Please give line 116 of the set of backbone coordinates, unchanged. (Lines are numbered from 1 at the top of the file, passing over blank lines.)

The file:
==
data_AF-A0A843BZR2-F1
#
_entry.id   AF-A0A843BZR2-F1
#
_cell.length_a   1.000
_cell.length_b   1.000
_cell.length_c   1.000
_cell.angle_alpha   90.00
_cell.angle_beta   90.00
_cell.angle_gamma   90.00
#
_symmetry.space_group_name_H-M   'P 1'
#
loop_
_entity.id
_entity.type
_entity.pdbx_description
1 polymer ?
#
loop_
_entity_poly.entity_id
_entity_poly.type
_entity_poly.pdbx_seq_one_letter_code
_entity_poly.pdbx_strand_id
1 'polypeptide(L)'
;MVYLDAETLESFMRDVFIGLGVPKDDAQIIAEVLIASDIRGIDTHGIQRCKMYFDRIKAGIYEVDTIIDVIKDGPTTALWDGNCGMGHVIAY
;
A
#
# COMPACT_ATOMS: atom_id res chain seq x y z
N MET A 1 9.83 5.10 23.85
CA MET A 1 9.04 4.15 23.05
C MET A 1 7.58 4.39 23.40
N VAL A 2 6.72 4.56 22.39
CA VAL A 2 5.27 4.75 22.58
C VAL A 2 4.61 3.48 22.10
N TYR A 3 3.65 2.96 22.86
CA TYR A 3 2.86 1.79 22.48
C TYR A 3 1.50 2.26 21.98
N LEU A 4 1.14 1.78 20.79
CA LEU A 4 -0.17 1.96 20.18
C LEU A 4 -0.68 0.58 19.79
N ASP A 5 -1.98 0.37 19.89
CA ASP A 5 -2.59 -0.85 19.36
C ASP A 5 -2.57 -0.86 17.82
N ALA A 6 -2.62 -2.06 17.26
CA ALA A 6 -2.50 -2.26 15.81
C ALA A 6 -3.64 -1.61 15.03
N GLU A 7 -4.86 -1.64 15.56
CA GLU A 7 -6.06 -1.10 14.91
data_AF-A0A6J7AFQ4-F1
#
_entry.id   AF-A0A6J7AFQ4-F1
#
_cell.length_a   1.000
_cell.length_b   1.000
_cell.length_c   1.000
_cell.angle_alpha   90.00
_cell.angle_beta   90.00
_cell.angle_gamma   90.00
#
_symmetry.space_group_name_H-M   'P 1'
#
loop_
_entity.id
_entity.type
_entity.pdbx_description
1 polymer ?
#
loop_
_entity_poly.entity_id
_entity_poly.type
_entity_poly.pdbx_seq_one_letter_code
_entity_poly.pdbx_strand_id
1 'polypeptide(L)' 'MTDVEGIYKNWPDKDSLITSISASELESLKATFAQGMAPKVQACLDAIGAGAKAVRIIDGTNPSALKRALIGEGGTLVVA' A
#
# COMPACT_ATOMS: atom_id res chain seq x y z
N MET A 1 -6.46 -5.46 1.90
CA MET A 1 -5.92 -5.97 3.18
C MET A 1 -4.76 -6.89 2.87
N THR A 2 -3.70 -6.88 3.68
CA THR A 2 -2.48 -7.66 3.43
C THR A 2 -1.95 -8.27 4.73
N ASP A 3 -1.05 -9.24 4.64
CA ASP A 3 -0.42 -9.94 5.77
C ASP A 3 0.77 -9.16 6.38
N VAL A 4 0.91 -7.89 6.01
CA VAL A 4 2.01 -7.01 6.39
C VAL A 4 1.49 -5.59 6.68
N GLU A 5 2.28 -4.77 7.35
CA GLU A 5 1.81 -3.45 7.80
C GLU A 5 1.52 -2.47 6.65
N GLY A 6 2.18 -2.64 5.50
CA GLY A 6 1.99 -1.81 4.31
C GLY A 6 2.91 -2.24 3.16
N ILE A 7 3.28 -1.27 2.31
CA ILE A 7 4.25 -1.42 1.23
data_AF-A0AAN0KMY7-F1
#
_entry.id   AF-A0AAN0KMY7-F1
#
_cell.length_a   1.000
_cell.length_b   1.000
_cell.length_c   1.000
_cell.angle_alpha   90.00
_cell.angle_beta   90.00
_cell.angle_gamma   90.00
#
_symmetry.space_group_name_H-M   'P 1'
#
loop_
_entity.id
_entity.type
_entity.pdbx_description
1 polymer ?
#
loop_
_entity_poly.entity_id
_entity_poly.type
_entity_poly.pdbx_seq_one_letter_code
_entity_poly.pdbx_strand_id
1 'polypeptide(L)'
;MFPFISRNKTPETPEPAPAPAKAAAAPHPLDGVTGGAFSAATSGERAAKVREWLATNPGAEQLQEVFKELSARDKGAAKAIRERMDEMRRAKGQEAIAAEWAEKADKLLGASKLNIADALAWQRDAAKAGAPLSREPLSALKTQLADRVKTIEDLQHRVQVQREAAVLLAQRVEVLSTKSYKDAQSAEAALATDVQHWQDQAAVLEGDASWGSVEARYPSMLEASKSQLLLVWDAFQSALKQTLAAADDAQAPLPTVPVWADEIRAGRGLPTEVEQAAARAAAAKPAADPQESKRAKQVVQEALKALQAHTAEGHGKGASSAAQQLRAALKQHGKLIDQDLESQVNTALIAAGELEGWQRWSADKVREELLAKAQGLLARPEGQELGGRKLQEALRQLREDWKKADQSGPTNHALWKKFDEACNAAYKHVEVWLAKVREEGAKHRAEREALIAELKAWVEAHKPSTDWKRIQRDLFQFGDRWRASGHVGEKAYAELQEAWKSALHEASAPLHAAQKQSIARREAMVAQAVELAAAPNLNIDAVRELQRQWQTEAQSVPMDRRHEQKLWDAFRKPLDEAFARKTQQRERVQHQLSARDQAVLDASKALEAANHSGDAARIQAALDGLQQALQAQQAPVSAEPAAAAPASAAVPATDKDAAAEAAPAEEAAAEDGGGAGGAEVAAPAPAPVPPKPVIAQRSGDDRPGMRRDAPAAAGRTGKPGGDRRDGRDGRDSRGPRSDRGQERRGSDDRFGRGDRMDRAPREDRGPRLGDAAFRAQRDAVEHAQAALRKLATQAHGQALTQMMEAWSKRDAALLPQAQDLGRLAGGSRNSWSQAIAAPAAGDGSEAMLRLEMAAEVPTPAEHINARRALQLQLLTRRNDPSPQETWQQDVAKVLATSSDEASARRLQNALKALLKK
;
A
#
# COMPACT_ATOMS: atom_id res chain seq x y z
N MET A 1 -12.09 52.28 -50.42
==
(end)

#